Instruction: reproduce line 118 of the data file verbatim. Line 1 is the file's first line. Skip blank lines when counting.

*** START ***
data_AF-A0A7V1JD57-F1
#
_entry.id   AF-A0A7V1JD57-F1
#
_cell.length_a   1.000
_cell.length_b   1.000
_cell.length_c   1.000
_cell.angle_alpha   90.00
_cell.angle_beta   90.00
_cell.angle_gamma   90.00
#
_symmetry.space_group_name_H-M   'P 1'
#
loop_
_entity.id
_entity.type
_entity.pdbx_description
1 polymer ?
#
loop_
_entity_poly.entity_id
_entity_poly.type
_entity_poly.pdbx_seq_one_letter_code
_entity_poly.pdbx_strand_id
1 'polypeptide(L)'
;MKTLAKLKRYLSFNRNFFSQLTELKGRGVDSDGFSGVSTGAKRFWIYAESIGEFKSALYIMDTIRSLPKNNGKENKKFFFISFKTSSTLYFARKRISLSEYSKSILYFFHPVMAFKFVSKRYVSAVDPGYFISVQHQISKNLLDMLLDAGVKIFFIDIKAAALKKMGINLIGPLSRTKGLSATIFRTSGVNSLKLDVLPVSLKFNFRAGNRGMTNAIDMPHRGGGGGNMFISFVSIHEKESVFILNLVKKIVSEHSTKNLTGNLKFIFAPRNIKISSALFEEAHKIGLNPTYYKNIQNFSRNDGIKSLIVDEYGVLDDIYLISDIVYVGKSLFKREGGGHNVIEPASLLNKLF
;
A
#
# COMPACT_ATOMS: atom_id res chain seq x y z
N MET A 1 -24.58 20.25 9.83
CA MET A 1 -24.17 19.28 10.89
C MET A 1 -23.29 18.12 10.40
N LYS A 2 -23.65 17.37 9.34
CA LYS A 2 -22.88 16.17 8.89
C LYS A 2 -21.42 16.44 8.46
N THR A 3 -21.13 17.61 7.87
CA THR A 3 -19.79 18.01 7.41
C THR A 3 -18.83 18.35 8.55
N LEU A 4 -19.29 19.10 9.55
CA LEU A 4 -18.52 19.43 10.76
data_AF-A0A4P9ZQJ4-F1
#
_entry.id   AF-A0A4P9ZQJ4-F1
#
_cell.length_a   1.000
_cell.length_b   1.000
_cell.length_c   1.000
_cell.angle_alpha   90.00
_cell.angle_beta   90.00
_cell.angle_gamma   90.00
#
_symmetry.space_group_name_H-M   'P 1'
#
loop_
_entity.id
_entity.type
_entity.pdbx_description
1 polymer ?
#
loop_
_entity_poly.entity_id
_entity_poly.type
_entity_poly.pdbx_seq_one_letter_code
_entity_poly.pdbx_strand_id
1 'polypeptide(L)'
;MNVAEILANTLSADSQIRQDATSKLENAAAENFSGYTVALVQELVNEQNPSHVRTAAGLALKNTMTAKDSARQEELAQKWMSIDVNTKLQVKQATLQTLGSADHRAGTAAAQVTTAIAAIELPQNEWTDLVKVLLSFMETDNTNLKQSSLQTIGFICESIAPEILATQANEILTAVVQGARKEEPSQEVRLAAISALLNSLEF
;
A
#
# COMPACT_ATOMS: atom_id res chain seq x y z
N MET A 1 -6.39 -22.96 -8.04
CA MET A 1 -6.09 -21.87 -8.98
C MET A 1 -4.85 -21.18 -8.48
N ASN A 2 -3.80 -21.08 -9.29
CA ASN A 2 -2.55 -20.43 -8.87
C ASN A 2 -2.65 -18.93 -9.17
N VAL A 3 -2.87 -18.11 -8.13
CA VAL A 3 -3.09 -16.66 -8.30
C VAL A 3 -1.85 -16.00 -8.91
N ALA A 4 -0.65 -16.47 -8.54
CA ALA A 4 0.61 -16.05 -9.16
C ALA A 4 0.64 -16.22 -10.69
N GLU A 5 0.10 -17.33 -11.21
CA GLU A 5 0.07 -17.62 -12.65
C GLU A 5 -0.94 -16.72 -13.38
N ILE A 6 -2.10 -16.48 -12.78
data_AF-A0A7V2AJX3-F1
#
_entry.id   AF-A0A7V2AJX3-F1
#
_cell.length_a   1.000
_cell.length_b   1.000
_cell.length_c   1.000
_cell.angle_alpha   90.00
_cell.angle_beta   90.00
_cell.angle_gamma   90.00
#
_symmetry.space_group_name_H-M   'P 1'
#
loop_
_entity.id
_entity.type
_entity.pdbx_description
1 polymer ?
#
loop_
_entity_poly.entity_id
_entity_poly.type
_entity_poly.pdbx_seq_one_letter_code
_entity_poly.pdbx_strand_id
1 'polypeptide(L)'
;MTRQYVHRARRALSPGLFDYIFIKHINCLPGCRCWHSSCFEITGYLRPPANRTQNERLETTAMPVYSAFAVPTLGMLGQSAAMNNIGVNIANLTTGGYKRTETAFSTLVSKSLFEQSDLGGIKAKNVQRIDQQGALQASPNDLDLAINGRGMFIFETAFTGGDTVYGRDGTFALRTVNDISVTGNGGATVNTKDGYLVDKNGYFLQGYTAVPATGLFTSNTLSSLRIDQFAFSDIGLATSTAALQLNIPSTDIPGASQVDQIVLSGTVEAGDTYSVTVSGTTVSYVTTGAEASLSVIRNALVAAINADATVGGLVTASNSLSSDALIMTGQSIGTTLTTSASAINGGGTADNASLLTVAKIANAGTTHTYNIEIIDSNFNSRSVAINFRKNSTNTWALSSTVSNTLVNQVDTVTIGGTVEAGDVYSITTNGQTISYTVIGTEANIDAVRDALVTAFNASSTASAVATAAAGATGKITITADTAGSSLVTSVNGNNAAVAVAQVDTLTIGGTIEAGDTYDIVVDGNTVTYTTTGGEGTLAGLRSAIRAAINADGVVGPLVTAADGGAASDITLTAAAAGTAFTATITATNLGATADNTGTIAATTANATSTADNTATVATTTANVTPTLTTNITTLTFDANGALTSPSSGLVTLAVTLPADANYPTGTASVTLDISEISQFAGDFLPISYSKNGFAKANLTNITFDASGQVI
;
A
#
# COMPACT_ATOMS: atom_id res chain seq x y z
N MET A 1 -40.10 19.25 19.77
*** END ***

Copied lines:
N MET A 1 -40.10 19.25 19.77